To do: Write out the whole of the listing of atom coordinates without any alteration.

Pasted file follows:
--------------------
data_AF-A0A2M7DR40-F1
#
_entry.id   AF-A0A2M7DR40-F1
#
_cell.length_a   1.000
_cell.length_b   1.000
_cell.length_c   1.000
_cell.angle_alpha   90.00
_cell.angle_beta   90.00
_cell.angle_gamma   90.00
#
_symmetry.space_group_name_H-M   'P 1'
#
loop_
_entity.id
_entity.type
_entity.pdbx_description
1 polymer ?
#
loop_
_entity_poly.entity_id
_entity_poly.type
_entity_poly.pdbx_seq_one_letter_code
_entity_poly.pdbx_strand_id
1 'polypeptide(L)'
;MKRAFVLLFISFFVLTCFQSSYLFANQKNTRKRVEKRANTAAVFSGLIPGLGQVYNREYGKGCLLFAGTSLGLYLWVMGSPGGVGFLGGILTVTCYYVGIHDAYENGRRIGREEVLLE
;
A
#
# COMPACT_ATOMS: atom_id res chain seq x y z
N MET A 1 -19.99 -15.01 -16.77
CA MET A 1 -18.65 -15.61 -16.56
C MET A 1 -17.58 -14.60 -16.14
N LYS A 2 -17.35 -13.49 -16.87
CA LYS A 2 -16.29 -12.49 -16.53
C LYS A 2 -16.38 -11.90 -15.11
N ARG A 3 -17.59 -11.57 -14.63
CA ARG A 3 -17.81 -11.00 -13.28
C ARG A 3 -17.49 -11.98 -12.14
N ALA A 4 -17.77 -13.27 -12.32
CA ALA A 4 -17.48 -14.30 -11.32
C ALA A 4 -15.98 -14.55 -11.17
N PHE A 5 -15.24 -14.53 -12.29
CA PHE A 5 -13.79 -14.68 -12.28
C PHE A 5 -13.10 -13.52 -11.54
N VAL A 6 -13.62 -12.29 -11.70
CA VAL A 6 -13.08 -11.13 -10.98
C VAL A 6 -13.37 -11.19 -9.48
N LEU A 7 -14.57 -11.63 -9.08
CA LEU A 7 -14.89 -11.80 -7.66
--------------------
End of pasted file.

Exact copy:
data_AF-A0A2M7DR40-F1
#
_entry.id   AF-A0A2M7DR40-F1
#
_cell.length_a   1.000
_cell.length_b   1.000
_cell.length_c   1.000
_cell.angle_alpha   90.00
_cell.angle_beta   90.00
_cell.angle_gamma   90.00
#
_symmetry.space_group_name_H-M   'P 1'
#
loop_
_entity.id
_entity.type
_entity.pdbx_description
1 polymer ?
#
loop_
_entity_poly.entity_id
_entity_poly.type
_entity_poly.pdbx_seq_one_letter_code
_entity_poly.pdbx_strand_id
1 'polypeptide(L)'
;MKRAFVLLFISFFVLTCFQSSYLFANQKNTRKRVEKRANTAAVFSGLIPGLGQVYNREYGKGCLLFAGTSLGLYLWVMGSPGGVGFLGGILTVTCYYVGIHDAYENGRRIGREEVLLE
;
A
#
# COMPACT_ATOMS: atom_id res chain seq x y z
N MET A 1 -19.99 -15.01 -16.77
CA MET A 1 -18.65 -15.61 -16.56
C MET A 1 -17.58 -14.60 -16.14
N LYS A 2 -17.35 -13.49 -16.87
CA LYS A 2 -16.29 -12.49 -16.53
C LYS A 2 -16.38 -11.90 -15.11
N ARG A 3 -17.59 -11.57 -14.63
CA ARG A 3 -17.81 -11.00 -13.28
C ARG A 3 -17.49 -11.98 -12.14
N ALA A 4 -17.77 -13.27 -12.32
CA ALA A 4 -17.48 -14.30 -11.32
C ALA A 4 -15.98 -14.55 -11.17
N PHE A 5 -15.24 -14.53 -12.29
CA PHE A 5 -13.79 -14.68 -12.28
C PHE A 5 -13.10 -13.52 -11.54
N VAL A 6 -13.62 -12.29 -11.70
CA VAL A 6 -13.08 -11.13 -10.98
C VAL A 6 -13.37 -11.19 -9.48
N LEU A 7 -14.57 -11.63 -9.08
CA LEU A 7 -14.89 -11.80 -7.66